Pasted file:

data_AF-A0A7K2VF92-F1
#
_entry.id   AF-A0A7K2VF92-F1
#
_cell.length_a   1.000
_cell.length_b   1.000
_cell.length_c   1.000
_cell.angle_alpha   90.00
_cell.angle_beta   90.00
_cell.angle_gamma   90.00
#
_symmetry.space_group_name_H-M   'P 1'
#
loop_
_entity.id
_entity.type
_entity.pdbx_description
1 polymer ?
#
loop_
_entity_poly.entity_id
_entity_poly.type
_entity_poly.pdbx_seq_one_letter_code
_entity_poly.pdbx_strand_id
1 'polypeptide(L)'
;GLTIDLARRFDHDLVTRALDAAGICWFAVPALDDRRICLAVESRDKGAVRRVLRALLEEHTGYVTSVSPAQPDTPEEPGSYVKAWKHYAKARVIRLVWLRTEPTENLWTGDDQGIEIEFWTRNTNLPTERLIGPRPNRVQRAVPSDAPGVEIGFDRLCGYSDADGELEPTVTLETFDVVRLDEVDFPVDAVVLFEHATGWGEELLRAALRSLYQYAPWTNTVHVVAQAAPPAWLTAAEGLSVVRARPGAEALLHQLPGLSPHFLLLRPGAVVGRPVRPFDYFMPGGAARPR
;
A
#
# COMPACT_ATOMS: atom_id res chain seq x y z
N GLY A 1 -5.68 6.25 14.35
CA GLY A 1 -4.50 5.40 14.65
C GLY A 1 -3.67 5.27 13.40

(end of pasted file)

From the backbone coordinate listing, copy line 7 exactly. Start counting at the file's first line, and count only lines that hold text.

_cell.length_c   1.000